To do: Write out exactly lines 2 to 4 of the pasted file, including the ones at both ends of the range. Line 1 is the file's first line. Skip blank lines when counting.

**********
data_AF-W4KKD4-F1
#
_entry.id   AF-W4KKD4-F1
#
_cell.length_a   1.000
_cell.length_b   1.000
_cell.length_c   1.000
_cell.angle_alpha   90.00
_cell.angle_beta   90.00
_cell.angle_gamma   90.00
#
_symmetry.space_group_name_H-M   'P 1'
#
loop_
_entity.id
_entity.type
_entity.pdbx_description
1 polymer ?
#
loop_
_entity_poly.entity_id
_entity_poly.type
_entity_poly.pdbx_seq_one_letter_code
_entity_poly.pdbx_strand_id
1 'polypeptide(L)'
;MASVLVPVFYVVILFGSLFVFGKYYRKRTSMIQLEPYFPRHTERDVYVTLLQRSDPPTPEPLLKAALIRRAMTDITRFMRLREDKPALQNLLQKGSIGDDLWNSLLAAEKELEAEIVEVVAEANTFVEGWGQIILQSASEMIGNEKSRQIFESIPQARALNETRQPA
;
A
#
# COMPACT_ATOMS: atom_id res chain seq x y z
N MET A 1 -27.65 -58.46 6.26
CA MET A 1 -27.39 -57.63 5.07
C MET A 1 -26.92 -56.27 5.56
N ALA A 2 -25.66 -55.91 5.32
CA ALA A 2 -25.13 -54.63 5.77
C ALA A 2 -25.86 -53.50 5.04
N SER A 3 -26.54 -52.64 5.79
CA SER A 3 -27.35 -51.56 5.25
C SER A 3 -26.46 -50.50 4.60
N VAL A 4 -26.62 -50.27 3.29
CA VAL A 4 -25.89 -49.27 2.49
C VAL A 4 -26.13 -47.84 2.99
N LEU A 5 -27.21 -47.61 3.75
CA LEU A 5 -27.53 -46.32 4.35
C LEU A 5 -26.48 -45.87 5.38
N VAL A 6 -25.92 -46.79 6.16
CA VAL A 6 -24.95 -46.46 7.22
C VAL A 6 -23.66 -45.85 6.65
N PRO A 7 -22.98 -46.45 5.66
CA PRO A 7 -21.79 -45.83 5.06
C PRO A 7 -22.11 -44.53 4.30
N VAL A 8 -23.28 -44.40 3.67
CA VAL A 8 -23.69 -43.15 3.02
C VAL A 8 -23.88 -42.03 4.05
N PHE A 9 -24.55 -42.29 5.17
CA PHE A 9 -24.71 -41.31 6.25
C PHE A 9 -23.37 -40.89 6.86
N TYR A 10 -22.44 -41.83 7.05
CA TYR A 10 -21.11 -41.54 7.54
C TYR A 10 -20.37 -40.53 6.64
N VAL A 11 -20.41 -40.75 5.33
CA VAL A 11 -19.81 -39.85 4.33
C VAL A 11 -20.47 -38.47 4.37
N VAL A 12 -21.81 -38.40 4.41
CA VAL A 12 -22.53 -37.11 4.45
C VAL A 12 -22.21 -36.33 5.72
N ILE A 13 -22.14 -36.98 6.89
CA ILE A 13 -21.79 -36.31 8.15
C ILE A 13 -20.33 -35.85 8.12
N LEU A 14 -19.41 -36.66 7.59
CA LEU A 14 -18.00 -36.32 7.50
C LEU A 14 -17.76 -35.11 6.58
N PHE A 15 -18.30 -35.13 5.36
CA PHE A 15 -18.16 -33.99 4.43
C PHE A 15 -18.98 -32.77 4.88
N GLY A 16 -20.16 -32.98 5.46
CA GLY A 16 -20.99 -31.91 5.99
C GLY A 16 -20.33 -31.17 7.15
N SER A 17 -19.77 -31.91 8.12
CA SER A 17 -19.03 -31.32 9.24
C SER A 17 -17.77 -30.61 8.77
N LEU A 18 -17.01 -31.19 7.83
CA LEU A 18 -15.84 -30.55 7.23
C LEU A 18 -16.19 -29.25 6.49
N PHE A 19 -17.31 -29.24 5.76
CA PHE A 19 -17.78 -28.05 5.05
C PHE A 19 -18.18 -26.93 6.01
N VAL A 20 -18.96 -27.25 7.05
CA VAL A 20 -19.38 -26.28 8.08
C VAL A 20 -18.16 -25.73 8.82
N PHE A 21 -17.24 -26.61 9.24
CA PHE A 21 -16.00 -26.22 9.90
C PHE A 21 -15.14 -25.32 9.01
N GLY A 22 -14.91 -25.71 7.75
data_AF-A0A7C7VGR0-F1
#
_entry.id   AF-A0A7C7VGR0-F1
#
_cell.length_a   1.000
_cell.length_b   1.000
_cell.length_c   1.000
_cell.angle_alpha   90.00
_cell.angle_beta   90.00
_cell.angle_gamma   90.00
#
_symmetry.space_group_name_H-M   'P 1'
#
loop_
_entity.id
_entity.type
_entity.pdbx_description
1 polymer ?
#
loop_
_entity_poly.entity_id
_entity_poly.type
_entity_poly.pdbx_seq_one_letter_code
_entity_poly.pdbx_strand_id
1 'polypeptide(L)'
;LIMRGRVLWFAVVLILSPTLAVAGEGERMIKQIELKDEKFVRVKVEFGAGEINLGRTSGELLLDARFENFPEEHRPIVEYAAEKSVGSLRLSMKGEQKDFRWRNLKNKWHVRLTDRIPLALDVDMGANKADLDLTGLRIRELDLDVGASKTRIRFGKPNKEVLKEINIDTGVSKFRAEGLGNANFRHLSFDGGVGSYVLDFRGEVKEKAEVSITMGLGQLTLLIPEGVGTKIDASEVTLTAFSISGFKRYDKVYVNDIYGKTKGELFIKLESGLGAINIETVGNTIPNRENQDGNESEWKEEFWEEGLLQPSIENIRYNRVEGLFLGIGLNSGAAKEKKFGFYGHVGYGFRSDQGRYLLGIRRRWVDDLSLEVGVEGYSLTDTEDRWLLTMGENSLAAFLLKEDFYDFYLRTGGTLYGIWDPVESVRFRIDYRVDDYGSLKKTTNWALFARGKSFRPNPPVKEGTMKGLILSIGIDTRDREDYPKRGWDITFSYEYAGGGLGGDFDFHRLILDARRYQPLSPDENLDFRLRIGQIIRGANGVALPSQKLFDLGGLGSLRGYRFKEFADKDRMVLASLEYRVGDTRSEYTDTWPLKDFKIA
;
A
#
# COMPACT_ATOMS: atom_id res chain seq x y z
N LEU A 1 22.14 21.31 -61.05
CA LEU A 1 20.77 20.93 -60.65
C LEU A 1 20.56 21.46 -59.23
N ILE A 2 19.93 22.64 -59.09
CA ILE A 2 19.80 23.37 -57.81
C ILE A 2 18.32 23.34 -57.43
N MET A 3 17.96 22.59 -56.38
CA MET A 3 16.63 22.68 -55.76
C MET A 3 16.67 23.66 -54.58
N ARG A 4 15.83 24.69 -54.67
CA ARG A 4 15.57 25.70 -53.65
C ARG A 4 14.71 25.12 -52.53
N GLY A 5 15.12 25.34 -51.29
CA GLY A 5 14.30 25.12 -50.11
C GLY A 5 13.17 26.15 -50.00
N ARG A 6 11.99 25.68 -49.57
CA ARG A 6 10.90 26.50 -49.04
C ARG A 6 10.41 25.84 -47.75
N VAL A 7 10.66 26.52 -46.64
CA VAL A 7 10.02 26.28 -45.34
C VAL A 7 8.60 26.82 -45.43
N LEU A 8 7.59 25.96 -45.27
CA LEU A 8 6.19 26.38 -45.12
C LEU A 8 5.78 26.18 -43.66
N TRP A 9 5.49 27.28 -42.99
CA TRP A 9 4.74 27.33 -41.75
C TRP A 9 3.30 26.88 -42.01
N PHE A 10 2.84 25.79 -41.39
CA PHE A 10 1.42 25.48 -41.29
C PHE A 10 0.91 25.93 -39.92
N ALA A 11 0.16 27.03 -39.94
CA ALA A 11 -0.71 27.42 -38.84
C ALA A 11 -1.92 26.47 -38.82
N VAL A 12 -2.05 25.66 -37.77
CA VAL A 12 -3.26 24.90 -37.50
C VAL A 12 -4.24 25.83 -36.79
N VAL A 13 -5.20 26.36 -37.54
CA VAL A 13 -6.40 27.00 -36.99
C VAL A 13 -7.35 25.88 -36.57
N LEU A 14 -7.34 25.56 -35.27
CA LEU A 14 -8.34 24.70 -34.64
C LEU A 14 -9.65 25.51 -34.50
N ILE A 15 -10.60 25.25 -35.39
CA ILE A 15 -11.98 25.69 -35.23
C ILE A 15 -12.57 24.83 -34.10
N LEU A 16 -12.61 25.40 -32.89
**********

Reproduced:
#
_entry.id   AF-W4KKD4-F1
#